The Peach

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Saturday, October 02, 2004

Was Bush Wired During Debate?

It's been suggested that Bush may have been wearing some kind of wireless earpiece during the debate, through which aides could coach him on answers and body language.

The evidence in favor of this possibility: Sixty seconds into his first 90 second answer during the debate, Bush could be heard to mutter “let me finish” before continuing his answer. He had plenty of time left, and neither Jim Lehrer nor Senator Kerry had made any move to interrupt.

The suspicious minds on the Web are wondering, who was Bush talking to? Their conclusion: Bush was equipped with an earpiece, and someone assigned to prompt him was interrupting a train of thought. You can check out the audio clip for yourself at indymedia's Web site, and reach your own conclusions. Other conspiracy theorists on the Web insist that at various times Bush made ear-rubbing gestures, consistent with wearing an ear-device.

The evidence against: Bush's performance in the debate overall was so abysmal. If someone was prompting him, surely he would have done a better job. If he was being coached, he should really fire the people doing the coaching. Think about it.

Pique Performance

The Peach is sure there were even better Bush facial expressions during the debate than the pouting, simpering, eye-rolling ones captured on this clip. But it's still great, brought to you courtesy of the Democratic Party. Enjoy.

Friday, October 01, 2004

The Best Moment of Last Night's Debate

It's hard to pick a favorite, given that our hero mostly wiped the floor with Bush, who alternately repeated vacuous, scripted talking points and looked petulant. A lot of people, us included, loved the part where Kerry pointed out in lucid, clear English, that it was Al Quaeda that attacked the United States, not Iraq. Others might say it was when our famously lazy president uttered the phrase "it's hard work" for the umpteenth time.

But for The Peach's money, the standout highlight was Bush's rebuttal to Kerry's response to this question: "As president, what would you do specifically, in addition to or differently, to increase the homeland security of the United States than what President Bush is doing?"

Kerry outlined a lengthy list of really basic, obvious safeguards that have yet to be implemented on the homeland security front.

Then the big Bush gaffe:

"I don't think we want to get to how he's going to pay for all these promises. It's like a huge tax gap"

At the risk of sounding like Bush himself, say what? Now let us get this straight: Our safety is on the back burner so that Bush can give a big tax cut to rich people and pay for a completely unnecessary war. Okay, er, got it. We encourage our readers to spread this gaffe around the Internet and send to every media outlet you can.

And we have to add that Bush's later contention, that "we've increased funding for dealing with nuclear proliferation, about 35 percent since I've been the president," is a flat-out lie. According to FactCheck.org, "The Washington Post reported Oct. 1 that Bush proposed a 13 percent cut in his first budget as President -- about $116 million. Much of the increases since then have been added by Congress, the Post reported."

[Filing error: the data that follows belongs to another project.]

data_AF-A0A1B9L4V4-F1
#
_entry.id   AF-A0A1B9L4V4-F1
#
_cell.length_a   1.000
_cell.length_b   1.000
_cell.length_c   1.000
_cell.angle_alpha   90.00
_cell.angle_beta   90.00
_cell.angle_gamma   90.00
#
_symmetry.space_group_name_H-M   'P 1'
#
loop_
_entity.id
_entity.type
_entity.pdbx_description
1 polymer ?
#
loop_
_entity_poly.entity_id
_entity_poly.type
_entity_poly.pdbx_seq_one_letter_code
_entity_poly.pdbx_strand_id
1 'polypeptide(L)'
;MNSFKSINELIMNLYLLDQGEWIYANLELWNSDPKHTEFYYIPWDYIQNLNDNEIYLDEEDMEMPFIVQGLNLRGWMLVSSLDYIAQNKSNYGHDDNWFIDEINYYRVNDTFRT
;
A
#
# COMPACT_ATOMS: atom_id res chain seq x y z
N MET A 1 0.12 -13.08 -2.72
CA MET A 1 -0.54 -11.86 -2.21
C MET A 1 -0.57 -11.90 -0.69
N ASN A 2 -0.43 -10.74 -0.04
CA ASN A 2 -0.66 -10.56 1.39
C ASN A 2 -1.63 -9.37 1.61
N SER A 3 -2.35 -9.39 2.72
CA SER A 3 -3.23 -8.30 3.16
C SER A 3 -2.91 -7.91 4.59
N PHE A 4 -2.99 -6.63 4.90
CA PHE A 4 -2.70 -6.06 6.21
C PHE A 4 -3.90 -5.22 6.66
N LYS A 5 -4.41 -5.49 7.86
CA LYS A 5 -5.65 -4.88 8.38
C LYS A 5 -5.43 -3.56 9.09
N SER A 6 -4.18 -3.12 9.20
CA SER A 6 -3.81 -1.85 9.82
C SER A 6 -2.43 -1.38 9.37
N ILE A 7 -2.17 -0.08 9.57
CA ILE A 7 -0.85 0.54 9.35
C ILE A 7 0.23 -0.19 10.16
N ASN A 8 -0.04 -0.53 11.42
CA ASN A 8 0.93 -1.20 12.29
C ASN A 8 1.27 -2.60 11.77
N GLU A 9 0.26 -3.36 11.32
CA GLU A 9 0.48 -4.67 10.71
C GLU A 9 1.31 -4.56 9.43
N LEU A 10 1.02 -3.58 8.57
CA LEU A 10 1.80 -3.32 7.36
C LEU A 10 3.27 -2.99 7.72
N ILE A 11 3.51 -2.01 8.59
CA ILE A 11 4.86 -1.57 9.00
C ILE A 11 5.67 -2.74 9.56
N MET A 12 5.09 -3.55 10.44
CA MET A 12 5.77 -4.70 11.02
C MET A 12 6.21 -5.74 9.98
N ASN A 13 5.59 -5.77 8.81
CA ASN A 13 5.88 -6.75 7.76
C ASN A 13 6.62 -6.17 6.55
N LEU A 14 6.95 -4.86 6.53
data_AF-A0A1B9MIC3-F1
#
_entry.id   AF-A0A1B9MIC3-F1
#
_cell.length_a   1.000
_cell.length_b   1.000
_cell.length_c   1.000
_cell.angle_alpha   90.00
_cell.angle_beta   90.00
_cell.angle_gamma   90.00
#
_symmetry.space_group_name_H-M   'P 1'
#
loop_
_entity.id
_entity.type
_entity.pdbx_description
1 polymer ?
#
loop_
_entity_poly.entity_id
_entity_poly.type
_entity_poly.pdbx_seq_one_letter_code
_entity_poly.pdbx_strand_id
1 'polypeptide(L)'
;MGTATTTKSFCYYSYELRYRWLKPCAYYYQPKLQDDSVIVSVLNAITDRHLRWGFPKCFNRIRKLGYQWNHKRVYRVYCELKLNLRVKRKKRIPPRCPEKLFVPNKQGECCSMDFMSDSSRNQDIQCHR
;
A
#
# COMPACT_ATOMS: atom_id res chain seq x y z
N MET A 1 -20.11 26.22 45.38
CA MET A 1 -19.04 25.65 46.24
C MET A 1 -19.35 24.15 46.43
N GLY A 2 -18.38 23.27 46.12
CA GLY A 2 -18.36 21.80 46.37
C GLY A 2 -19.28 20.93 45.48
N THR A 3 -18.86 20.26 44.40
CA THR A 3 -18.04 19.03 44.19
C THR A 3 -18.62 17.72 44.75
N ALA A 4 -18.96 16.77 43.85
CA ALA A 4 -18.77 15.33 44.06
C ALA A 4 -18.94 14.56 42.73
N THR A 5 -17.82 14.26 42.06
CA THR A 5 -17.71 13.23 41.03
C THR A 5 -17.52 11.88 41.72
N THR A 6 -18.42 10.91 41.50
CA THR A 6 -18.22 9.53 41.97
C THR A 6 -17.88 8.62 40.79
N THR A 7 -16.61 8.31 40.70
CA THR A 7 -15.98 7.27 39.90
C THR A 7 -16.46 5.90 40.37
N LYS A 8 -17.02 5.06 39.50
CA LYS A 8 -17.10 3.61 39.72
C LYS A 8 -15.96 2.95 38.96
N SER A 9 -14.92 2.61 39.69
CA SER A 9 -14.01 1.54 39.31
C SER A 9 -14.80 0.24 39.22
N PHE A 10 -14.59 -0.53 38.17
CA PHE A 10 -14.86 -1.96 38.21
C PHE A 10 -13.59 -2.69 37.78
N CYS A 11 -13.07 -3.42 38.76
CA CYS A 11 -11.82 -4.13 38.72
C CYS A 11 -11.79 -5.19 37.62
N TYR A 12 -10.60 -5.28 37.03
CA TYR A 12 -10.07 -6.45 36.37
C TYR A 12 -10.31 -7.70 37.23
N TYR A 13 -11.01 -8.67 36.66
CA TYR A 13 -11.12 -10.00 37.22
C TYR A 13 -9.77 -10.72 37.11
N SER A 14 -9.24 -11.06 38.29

We are grateful that, for the moment anyway, much of the mainstream media seems to be more or less calling it as it was.



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Thursday, September 30, 2004

"Are We Not Dolphins?"

The Peach would like to shout a big "Thank You" to Seattle Post-Intelligencer's Joel Connelly for his honest and important piece documenting the Bush/Cheney flip-flops of the past four years. More significantly, our new found hero Connelly gives top-billing to a speech delivered by then-Defense Secretary Dick Cheney in 1992 to the Discovery Institute in Seattle. The speech was given a short while after the end of the first Iraq war. In it Dick "Flipper" Cheney explains why the Bush I administration decided to forego entering Baghdad and allowing Saddam to remain in power. What The Peach found most telling was this quote:
"And the question in my mind is how many additional American casualties is Saddam (Hussein) worth? And the answer is not that damned many. So, I think we got it right, both when we decided to expel him from Kuwait, but also when the president made the decision that we'd achieved our objectives and we were not going to go get bogged down in the problems of trying to take over and govern Iraq."
The Gulf War suffered 146 American casualities. In the current Iraq war we are over 1,000 and counting. Is this a case of fuzzy math? Wasn't Saddam more dangerous then? Remember, this was before sanctions and inspections were implemented so it's easy to assume that access to WMD's was easier then.

And, finally, aren't we bogged down now? The documented lunacy of this administration is enough to make The Peach's fuzz crawl. Read the whole piece. Mr. Connelly goes on to give a long list of Bush/Cheney flip-flopping instances.

Wednesday, September 29, 2004

Dick's Lemonade Stand

After months of denying any financial interest, a recent New York Times article has shown that Dick "you've got to pick a pocket or two" Cheney's old company Haliburton has not only received a substantial amount of favoritism from this administration, but that Dick himself is squeezing a little extra lunch money for himself. It seems that since the Bush/Cheney coup of 2000 Haliburton has rocketed from twenty-second largest military contractor to seventh.

Of course, much of this windfall can be attributed to the war in Iraq and the fact that Haliburton was the first to receive no-bid contracts. In 2003 the Pentagon awarded such a contract to a construction and subsidiary wing of Haliburton. The contract was reported to be worth as much as seven billion dollars. In all fairness, the administration claims that it would have been impractical to have open bids for these contracts because Haliburton already had an established position in Iraq and it would have compromised this country's war plans.

Impractical? What was more impractical then going to war in the first place? And what war plan? This is a war plan?

The article also stated that since becoming vice president elect, Dick has received nearly two million dollars from the company as a deferred bonus and deferred salary, and continues to hold options to buy stock. White House officials claim that Cheney has promised to donate to charity any after-tax profits he made from exercising his stock options.